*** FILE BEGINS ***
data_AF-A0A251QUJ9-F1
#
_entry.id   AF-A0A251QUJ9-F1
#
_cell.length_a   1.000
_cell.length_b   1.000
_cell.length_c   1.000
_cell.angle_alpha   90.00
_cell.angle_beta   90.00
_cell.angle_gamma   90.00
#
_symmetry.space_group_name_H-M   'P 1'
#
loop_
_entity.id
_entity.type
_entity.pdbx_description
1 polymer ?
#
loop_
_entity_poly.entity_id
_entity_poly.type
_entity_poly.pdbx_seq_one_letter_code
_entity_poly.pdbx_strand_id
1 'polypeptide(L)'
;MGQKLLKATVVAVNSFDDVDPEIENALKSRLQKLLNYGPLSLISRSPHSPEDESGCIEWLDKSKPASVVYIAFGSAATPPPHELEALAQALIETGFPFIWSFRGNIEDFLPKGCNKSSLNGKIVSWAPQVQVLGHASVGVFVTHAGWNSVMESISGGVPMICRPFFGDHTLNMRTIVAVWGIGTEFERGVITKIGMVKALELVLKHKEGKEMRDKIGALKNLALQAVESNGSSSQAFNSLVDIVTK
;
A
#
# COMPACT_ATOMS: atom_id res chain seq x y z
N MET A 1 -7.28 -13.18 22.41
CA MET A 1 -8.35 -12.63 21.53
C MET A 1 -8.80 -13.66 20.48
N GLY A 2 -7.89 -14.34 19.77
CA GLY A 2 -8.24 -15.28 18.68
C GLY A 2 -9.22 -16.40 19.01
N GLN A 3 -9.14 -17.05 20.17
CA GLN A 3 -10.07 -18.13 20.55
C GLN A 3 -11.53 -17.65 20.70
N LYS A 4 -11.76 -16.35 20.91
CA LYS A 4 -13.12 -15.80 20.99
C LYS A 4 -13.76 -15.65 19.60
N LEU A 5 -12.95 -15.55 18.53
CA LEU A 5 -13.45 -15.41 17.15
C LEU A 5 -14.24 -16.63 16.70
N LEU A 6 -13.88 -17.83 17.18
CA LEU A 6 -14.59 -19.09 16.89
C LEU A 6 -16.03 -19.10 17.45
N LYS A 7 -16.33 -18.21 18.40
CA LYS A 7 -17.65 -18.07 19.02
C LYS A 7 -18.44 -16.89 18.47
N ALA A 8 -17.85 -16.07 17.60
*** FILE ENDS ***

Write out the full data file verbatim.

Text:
data_AF-A0A251QUJ9-F1
#
_entry.id   AF-A0A251QUJ9-F1
#
_cell.length_a   1.000
_cell.length_b   1.000
_cell.length_c   1.000
_cell.angle_alpha   90.00
_cell.angle_beta   90.00
_cell.angle_gamma   90.00
#
_symmetry.space_group_name_H-M   'P 1'
#
loop_
_entity.id
_entity.type
_entity.pdbx_description
1 polymer ?
#
loop_
_entity_poly.entity_id
_entity_poly.type
_entity_poly.pdbx_seq_one_letter_code
_entity_poly.pdbx_strand_id
1 'polypeptide(L)'
;MGQKLLKATVVAVNSFDDVDPEIENALKSRLQKLLNYGPLSLISRSPHSPEDESGCIEWLDKSKPASVVYIAFGSAATPPPHELEALAQALIETGFPFIWSFRGNIEDFLPKGCNKSSLNGKIVSWAPQVQVLGHASVGVFVTHAGWNSVMESISGGVPMICRPFFGDHTLNMRTIVAVWGIGTEFERGVITKIGMVKALELVLKHKEGKEMRDKIGALKNLALQAVESNGSSSQAFNSLVDIVTK
;
A
#
# COMPACT_ATOMS: atom_id res chain seq x y z
N MET A 1 -7.28 -13.18 22.41
CA MET A 1 -8.35 -12.63 21.53
C MET A 1 -8.80 -13.66 20.48
N GLY A 2 -7.89 -14.34 19.77
CA GLY A 2 -8.24 -15.28 18.68
C GLY A 2 -9.22 -16.40 19.01
N GLN A 3 -9.14 -17.05 20.17
CA GLN A 3 -10.07 -18.13 20.55
C GLN A 3 -11.53 -17.65 20.70
N LYS A 4 -11.76 -16.35 20.91
CA LYS A 4 -13.12 -15.80 20.99
C LYS A 4 -13.76 -15.65 19.60
N LEU A 5 -12.95 -15.55 18.53
CA LEU A 5 -13.45 -15.41 17.15
C LEU A 5 -14.24 -16.63 16.70
N LEU A 6 -13.88 -17.83 17.18
CA LEU A 6 -14.59 -19.09 16.89
C LEU A 6 -16.03 -19.10 17.45
N LYS A 7 -16.33 -18.21 18.40
CA LYS A 7 -17.65 -18.07 19.02
C LYS A 7 -18.44 -16.89 18.47
N ALA A 8 -17.85 -16.07 17.60